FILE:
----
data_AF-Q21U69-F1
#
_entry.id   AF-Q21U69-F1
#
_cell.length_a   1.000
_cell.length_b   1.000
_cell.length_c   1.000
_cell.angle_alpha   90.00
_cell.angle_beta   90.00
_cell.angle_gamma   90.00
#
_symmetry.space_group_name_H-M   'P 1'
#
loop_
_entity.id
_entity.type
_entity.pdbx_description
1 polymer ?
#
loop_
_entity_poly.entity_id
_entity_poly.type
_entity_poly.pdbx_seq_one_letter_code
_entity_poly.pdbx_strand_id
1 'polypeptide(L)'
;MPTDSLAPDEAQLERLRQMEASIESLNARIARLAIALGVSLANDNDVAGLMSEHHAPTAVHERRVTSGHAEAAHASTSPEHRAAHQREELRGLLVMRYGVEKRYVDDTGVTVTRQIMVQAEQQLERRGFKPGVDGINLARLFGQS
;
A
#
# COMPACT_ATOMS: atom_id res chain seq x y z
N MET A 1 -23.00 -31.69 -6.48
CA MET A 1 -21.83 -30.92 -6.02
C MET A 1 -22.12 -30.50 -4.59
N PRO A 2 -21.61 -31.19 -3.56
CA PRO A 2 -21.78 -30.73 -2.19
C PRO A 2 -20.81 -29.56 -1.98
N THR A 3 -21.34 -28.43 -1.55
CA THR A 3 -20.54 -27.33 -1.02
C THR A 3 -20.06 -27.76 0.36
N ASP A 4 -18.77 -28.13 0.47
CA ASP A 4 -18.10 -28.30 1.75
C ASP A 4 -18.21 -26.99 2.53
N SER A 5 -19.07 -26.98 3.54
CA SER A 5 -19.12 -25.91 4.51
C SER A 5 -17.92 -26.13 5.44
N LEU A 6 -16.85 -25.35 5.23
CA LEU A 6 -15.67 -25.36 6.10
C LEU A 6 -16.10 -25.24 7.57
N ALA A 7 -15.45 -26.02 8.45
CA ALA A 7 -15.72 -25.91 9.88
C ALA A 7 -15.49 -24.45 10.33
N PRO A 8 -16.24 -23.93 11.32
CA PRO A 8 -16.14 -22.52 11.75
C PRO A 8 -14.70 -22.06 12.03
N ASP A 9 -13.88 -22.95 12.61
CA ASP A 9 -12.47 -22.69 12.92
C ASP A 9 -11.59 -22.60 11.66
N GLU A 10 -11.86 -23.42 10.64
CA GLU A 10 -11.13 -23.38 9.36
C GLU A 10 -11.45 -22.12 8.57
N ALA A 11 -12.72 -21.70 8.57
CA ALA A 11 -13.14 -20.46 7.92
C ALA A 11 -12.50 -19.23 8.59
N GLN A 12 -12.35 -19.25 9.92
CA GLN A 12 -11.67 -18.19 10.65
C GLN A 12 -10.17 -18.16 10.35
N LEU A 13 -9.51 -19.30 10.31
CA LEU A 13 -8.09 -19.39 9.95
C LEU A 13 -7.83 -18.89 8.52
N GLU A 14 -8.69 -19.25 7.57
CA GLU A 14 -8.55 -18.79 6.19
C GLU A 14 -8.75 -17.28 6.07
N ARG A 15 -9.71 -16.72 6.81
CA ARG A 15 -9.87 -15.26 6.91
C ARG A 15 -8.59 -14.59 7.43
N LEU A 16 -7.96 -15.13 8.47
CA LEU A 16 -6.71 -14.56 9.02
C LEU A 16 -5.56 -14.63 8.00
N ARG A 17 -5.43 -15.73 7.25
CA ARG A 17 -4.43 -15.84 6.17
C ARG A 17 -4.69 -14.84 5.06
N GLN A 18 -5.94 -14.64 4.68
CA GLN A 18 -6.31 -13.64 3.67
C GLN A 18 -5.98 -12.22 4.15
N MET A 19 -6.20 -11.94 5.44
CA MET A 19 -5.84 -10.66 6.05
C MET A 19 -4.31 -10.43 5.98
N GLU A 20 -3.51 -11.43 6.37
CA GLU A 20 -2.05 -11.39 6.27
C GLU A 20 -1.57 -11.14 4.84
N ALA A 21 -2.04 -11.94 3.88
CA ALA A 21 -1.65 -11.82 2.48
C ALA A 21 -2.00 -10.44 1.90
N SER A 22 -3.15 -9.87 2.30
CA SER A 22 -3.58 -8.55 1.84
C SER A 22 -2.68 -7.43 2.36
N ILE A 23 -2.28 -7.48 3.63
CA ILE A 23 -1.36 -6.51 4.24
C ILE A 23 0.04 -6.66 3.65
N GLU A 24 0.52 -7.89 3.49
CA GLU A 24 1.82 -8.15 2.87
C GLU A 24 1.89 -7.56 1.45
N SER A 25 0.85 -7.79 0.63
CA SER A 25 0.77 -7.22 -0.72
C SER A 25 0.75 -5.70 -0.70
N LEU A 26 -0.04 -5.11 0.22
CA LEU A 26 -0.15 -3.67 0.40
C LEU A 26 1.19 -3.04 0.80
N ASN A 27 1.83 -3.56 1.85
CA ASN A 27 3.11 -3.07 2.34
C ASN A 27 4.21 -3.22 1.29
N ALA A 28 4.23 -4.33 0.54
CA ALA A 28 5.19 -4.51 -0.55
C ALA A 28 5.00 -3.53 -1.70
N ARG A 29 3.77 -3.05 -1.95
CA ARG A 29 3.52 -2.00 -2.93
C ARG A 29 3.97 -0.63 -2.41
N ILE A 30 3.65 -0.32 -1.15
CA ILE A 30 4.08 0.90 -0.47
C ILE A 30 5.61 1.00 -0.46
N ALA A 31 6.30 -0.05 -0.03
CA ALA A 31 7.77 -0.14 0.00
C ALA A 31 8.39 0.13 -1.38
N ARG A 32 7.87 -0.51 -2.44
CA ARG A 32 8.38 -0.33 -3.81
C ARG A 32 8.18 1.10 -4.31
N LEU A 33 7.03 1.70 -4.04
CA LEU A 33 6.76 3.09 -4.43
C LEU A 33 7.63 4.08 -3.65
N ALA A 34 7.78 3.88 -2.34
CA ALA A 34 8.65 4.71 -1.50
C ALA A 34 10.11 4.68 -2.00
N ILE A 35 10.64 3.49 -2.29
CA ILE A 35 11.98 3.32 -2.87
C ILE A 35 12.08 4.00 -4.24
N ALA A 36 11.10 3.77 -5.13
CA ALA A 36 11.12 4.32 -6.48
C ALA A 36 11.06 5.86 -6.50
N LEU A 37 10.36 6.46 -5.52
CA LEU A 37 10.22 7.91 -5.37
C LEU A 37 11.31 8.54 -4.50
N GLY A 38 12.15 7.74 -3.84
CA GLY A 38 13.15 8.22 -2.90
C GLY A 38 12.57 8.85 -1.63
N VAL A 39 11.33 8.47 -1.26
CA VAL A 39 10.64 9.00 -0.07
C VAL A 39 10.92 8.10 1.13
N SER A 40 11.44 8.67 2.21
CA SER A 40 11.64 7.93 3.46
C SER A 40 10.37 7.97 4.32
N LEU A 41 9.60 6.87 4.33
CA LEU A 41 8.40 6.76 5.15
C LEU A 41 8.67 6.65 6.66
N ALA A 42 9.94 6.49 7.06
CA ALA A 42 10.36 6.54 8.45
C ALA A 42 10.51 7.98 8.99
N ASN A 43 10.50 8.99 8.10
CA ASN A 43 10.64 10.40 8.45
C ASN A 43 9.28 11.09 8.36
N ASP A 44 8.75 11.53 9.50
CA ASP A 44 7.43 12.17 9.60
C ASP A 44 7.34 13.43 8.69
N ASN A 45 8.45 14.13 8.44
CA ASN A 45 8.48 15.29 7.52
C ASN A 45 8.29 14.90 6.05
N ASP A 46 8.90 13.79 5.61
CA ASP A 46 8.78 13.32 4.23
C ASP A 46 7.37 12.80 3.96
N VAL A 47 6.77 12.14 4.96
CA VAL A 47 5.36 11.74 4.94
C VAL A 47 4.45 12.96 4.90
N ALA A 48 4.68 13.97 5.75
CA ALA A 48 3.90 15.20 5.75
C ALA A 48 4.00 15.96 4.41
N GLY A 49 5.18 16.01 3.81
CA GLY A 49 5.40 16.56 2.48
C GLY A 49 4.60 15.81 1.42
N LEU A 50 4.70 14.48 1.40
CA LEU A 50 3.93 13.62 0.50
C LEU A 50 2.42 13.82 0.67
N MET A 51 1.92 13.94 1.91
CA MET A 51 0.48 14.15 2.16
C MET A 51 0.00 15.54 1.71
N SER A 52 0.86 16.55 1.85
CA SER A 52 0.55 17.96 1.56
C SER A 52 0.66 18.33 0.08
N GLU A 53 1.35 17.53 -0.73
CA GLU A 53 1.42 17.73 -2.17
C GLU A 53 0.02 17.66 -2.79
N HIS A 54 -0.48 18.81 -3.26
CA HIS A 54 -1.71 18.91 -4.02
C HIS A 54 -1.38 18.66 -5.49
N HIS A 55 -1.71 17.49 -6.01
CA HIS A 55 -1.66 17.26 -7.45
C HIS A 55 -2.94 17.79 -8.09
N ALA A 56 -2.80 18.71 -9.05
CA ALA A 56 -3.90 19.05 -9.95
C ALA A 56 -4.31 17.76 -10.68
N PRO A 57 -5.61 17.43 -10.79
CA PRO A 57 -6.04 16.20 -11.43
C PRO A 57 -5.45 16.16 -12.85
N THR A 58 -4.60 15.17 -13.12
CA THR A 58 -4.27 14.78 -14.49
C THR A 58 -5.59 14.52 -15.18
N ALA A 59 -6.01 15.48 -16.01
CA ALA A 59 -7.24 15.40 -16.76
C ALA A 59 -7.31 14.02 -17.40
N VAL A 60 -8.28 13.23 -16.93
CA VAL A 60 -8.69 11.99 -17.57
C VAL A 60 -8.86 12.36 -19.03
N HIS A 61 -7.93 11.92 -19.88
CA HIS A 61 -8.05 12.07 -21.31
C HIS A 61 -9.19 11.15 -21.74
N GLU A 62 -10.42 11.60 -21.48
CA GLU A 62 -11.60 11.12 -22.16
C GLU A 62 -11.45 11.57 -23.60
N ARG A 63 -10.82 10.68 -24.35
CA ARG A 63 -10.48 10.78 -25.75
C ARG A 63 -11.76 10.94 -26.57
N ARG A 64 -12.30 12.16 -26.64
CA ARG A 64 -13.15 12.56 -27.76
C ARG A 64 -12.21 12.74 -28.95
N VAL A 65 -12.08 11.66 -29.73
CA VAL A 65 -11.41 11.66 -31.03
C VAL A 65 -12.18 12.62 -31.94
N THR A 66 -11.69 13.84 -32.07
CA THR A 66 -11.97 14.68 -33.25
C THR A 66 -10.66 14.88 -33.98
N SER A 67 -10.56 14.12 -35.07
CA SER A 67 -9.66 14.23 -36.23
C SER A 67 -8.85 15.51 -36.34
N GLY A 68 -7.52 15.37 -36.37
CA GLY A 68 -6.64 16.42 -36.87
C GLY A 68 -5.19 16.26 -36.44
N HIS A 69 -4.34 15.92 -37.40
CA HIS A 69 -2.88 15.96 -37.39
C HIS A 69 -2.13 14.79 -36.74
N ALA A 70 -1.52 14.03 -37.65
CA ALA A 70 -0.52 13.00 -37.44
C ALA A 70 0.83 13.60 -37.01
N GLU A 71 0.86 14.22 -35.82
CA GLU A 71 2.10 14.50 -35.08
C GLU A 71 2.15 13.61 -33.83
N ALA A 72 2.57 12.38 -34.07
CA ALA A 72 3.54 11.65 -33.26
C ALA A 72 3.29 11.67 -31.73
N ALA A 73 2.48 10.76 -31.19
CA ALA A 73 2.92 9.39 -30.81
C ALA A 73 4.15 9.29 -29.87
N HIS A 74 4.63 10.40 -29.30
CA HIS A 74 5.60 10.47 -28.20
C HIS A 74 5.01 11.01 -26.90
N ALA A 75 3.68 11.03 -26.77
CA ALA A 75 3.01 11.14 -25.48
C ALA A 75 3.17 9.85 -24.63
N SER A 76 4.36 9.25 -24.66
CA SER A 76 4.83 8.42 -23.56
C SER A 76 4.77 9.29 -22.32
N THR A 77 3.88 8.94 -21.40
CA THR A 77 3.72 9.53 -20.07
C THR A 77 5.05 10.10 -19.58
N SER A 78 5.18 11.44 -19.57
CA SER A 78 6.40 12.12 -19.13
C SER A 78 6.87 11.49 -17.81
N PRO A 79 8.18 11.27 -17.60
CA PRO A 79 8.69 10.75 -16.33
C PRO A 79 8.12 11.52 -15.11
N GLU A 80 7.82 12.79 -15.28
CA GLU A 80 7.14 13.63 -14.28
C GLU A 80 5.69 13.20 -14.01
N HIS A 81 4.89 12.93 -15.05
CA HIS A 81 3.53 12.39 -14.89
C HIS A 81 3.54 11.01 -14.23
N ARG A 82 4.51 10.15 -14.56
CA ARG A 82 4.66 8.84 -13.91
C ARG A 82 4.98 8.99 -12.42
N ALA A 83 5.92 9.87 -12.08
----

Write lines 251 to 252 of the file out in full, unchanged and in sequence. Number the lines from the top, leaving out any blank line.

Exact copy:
CA HIS A 74 5.60 10.47 -28.20
C HIS A 74 5.01 11.01 -26.90